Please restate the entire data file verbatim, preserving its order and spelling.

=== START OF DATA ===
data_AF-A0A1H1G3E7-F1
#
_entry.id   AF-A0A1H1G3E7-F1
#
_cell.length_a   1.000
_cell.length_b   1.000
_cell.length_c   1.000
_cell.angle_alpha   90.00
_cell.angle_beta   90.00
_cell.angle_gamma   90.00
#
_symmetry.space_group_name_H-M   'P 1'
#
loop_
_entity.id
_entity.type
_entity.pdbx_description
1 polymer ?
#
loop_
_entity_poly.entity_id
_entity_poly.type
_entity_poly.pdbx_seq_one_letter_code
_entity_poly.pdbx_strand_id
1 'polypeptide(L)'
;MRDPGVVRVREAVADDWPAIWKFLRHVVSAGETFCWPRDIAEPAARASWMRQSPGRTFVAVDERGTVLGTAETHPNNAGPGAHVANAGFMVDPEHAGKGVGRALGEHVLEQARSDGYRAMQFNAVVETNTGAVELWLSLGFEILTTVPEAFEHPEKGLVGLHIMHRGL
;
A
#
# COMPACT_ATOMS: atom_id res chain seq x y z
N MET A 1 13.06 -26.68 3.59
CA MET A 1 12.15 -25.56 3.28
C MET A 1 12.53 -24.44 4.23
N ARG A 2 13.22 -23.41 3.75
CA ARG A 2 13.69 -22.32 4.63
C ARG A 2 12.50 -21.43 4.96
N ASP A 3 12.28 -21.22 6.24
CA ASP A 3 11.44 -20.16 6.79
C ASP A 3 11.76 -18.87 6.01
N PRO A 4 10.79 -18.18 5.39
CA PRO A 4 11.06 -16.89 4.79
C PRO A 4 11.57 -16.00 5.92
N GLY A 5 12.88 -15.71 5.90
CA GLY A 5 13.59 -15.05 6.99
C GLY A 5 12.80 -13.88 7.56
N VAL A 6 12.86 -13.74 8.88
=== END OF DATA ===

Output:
data_AF-A0A1H1G3E7-F1
#
_entry.id   AF-A0A1H1G3E7-F1
#
_cell.length_a   1.000
_cell.length_b   1.000
_cell.length_c   1.000
_cell.angle_alpha   90.00
_cell.angle_beta   90.00
_cell.angle_gamma   90.00
#
_symmetry.space_group_name_H-M   'P 1'
#
loop_
_entity.id
_entity.type
_entity.pdbx_description
1 polymer ?
#
loop_
_entity_poly.entity_id
_entity_poly.type
_entity_poly.pdbx_seq_one_letter_code
_entity_poly.pdbx_strand_id
1 'polypeptide(L)'
;MRDPGVVRVREAVADDWPAIWKFLRHVVSAGETFCWPRDIAEPAARASWMRQSPGRTFVAVDERGTVLGTAETHPNNAGPGAHVANAGFMVDPEHAGKGVGRALGEHVLEQARSDGYRAMQFNAVVETNTGAVELWLSLGFEILTTVPEAFEHPEKGLVGLHIMHRGL
;
A
#
# COMPACT_ATOMS: atom_id res chain seq x y z
N MET A 1 13.06 -26.68 3.59
CA MET A 1 12.15 -25.56 3.28
C MET A 1 12.53 -24.44 4.23
N ARG A 2 13.22 -23.41 3.75
CA ARG A 2 13.69 -22.32 4.63
C ARG A 2 12.50 -21.43 4.96
N ASP A 3 12.28 -21.22 6.24
CA ASP A 3 11.44 -20.16 6.79
C ASP A 3 11.76 -18.87 6.01
N PRO A 4 10.79 -18.18 5.39
CA PRO A 4 11.06 -16.89 4.79
C PRO A 4 11.57 -16.00 5.92
N GLY A 5 12.88 -15.71 5.90
CA GLY A 5 13.59 -15.05 6.99
C GLY A 5 12.80 -13.88 7.56
N VAL A 6 12.86 -13.74 8.88